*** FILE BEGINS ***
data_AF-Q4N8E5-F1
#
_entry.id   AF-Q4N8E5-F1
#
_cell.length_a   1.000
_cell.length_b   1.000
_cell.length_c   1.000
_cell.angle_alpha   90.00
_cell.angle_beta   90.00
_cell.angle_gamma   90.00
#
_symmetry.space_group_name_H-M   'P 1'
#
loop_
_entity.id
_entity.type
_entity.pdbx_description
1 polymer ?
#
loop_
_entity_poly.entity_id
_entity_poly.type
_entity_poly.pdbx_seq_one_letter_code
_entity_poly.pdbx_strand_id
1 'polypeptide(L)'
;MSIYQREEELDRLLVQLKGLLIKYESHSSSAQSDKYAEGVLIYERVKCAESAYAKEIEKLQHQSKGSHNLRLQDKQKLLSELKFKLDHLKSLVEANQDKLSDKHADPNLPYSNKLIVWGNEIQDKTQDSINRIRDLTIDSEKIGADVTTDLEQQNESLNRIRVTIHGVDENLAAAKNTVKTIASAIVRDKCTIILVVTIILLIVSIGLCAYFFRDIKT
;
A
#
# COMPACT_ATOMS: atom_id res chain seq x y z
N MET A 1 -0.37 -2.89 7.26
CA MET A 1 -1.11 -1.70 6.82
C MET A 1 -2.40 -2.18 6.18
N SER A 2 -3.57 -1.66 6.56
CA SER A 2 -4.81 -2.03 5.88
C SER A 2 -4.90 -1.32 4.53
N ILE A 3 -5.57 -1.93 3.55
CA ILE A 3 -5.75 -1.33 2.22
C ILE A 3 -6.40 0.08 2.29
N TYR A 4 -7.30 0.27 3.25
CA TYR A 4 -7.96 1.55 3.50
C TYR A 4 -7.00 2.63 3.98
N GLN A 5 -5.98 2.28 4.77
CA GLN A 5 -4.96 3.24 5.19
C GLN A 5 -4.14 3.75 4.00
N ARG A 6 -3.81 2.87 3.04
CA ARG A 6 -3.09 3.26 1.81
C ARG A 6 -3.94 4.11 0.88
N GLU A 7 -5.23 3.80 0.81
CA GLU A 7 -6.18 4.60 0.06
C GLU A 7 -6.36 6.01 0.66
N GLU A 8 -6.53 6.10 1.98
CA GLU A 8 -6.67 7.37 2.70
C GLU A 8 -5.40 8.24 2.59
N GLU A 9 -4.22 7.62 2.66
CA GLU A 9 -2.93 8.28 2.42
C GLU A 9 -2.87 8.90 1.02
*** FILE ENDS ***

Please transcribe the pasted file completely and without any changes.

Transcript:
data_AF-Q4N8E5-F1
#
_entry.id   AF-Q4N8E5-F1
#
_cell.length_a   1.000
_cell.length_b   1.000
_cell.length_c   1.000
_cell.angle_alpha   90.00
_cell.angle_beta   90.00
_cell.angle_gamma   90.00
#
_symmetry.space_group_name_H-M   'P 1'
#
loop_
_entity.id
_entity.type
_entity.pdbx_description
1 polymer ?
#
loop_
_entity_poly.entity_id
_entity_poly.type
_entity_poly.pdbx_seq_one_letter_code
_entity_poly.pdbx_strand_id
1 'polypeptide(L)'
;MSIYQREEELDRLLVQLKGLLIKYESHSSSAQSDKYAEGVLIYERVKCAESAYAKEIEKLQHQSKGSHNLRLQDKQKLLSELKFKLDHLKSLVEANQDKLSDKHADPNLPYSNKLIVWGNEIQDKTQDSINRIRDLTIDSEKIGADVTTDLEQQNESLNRIRVTIHGVDENLAAAKNTVKTIASAIVRDKCTIILVVTIILLIVSIGLCAYFFRDIKT
;
A
#
# COMPACT_ATOMS: atom_id res chain seq x y z
N MET A 1 -0.37 -2.89 7.26
CA MET A 1 -1.11 -1.70 6.82
C MET A 1 -2.40 -2.18 6.18
N SER A 2 -3.57 -1.66 6.56
CA SER A 2 -4.81 -2.03 5.88
C SER A 2 -4.90 -1.32 4.53
N ILE A 3 -5.57 -1.93 3.55
CA ILE A 3 -5.75 -1.33 2.22
C ILE A 3 -6.40 0.08 2.29
N TYR A 4 -7.30 0.27 3.25
CA TYR A 4 -7.96 1.55 3.50
C TYR A 4 -7.00 2.63 3.98
N GLN A 5 -5.98 2.28 4.77
CA GLN A 5 -4.96 3.24 5.19
C GLN A 5 -4.14 3.75 4.00
N ARG A 6 -3.81 2.87 3.04
CA ARG A 6 -3.09 3.26 1.81
C ARG A 6 -3.94 4.11 0.88
N GLU A 7 -5.23 3.80 0.81
CA GLU A 7 -6.18 4.60 0.06
C GLU A 7 -6.36 6.01 0.66
N GLU A 8 -6.53 6.10 1.98
CA GLU A 8 -6.67 7.37 2.70
C GLU A 8 -5.40 8.24 2.59
N GLU A 9 -4.22 7.62 2.66
CA GLU A 9 -2.93 8.28 2.42
C GLU A 9 -2.87 8.90 1.02